AMEinfo.com has a great article about eGames, a two-day gaming conference that will focus on mobile and serious gaming.
The article focuses on the reasons for having a conference and discusses the mobile gaming industry as a whole.
‘We’re looking at mobile gaming as revenues from this sector are expected to grow from US$3bn in 2006 to US$10bn by 2009, this increase is being driven by continued growth in subscriber numbers, an increase in roll-out of 3G services, falling game prices and a new generation of made for mobile games,’ said Mohammed Al Maskari, Director General, KOM and organizer of eGames.
‘Mobile games have come of age. They’re no longer the poor relations of console and PC games. They are a different family of entertainment products with their own set of characteristics,’ continued Al Maskari.
‘If we look further down the line, I see continued growth of mobile subscribers in Oman and across the Gulf, and given the global mobile gaming growth projections the revenue streams for the region’s telco providers and mobile game developers will soar,’ he added.
In addition to the conference, KOM is also organizing a one-day gaming workshop in partnership with MECIT. The workshop is aimed at college students and will be run by staff from the Faculty of Art and Design at De Montfort University in the UK. According to Al Maskari the workshop is intended to promote the games industry as a career option to students.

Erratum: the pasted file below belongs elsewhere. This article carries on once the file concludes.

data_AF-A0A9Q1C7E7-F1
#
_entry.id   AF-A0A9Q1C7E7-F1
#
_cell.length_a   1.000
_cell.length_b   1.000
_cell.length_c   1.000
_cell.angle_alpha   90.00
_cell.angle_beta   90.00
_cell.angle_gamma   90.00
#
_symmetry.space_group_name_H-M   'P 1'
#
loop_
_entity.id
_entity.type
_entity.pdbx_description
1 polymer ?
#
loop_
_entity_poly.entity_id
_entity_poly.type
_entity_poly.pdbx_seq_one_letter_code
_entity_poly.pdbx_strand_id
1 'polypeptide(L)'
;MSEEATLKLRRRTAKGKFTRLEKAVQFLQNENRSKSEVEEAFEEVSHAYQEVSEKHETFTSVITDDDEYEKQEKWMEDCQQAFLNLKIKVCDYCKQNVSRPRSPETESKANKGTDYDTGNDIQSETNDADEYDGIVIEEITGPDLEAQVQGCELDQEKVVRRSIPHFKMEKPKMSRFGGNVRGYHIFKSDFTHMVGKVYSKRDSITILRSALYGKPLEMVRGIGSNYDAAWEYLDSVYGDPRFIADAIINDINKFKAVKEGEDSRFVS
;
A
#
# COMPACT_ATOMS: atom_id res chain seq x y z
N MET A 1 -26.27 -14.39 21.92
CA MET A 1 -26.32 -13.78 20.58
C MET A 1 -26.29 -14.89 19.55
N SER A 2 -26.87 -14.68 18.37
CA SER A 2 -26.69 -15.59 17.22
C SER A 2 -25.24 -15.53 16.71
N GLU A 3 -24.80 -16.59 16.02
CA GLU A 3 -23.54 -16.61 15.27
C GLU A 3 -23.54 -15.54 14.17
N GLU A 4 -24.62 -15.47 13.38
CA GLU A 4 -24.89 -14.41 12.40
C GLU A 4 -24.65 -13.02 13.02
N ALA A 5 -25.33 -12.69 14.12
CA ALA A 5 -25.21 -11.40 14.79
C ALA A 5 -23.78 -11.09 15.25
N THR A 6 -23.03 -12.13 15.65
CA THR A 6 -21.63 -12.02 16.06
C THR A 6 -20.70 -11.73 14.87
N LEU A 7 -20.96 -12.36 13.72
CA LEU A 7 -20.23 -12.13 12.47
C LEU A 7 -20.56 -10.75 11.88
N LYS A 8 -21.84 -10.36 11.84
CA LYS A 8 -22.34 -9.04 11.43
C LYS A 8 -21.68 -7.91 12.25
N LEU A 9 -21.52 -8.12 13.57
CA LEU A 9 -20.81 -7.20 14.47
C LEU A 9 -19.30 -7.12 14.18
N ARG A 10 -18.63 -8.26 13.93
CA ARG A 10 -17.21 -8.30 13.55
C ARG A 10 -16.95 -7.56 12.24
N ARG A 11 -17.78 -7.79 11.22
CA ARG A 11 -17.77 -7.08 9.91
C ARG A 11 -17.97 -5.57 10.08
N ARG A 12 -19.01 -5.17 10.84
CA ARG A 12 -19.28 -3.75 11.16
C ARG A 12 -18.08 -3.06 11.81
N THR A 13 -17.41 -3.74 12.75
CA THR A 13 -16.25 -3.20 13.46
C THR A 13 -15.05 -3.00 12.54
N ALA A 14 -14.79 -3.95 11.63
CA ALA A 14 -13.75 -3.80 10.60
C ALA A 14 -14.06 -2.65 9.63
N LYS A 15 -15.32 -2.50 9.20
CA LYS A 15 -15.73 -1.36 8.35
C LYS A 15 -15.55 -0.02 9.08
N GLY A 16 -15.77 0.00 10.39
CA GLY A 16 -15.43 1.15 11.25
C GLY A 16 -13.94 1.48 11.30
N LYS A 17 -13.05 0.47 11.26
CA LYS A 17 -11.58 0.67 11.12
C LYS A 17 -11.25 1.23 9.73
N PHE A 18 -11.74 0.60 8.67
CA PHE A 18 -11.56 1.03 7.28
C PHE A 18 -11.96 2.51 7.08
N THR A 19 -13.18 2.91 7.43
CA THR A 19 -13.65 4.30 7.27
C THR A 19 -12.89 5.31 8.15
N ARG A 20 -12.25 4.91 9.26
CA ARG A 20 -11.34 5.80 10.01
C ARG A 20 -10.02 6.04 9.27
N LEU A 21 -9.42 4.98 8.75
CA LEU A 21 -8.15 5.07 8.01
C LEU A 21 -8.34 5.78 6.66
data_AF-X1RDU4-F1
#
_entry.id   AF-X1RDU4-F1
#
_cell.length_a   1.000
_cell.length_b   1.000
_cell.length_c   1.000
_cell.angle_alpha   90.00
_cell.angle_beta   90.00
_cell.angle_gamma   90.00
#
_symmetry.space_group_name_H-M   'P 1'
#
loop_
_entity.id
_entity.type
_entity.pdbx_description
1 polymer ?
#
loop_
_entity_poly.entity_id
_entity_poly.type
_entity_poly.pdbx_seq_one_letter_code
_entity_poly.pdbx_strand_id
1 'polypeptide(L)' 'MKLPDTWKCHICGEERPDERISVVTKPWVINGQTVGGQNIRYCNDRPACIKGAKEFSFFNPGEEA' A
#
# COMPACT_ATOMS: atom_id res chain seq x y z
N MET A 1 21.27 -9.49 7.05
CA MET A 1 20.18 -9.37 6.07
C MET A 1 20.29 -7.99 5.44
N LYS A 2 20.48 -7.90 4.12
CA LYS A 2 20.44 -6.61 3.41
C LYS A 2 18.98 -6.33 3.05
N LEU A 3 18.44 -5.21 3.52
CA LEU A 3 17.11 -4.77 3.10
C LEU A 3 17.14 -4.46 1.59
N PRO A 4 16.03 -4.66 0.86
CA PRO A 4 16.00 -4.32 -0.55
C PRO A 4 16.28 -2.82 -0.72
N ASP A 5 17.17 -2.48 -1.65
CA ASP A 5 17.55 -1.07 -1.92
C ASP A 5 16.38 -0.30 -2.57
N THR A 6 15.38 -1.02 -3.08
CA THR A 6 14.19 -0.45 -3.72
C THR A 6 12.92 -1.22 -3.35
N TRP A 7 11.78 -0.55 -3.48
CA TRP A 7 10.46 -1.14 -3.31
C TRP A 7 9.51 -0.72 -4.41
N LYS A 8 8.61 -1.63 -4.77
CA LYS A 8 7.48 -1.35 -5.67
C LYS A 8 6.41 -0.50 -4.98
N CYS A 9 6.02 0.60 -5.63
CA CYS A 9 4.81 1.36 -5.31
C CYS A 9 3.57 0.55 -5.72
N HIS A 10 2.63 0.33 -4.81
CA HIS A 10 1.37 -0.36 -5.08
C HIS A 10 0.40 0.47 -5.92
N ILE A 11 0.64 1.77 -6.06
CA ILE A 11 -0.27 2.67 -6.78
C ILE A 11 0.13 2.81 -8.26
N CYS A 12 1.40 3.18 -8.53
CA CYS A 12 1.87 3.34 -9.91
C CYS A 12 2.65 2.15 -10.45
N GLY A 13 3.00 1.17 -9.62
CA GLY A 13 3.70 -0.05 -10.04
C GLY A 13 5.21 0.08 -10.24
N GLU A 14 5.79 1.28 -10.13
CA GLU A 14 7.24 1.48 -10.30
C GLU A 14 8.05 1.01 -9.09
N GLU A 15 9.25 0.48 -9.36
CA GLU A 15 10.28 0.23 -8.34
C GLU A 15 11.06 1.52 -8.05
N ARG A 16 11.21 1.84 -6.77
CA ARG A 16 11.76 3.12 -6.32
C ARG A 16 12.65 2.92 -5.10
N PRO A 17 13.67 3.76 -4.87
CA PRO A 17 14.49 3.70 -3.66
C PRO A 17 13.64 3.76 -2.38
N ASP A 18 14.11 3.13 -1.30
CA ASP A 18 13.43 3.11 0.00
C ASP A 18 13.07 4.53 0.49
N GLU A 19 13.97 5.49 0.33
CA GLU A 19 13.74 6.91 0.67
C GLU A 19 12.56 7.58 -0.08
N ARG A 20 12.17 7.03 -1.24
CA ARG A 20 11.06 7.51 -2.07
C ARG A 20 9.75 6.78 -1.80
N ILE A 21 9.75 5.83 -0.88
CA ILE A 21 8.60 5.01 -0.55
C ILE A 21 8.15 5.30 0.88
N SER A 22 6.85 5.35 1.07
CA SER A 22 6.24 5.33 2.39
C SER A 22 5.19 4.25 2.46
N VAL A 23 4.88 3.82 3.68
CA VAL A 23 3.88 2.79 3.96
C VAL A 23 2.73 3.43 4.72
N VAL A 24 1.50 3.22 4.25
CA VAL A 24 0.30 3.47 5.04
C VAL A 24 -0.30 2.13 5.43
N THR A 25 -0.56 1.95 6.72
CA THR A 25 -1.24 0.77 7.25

“When we go to colleges, we find it’s not something students have thought about doing,” said Ibtisam Al Faruji, KOM’s Head of Marketing. “We want to encourage students with an interest in drawing, animation and story writing that the gaming industry is something they could get into. In fact, we’re very keen to attract gaming start-ups to set-up in the Knowledge Mine business incubator program,” she said.
On the question of financing a gaming start-up, Al Maskari said, “For people with truly inventive, credible investments, approaching angel investors, venture capitalists and similar routes of funding isn’t as hard as the impression people have of it. If you are credible and have done the required thinking, pretty much anyone will talk to you.”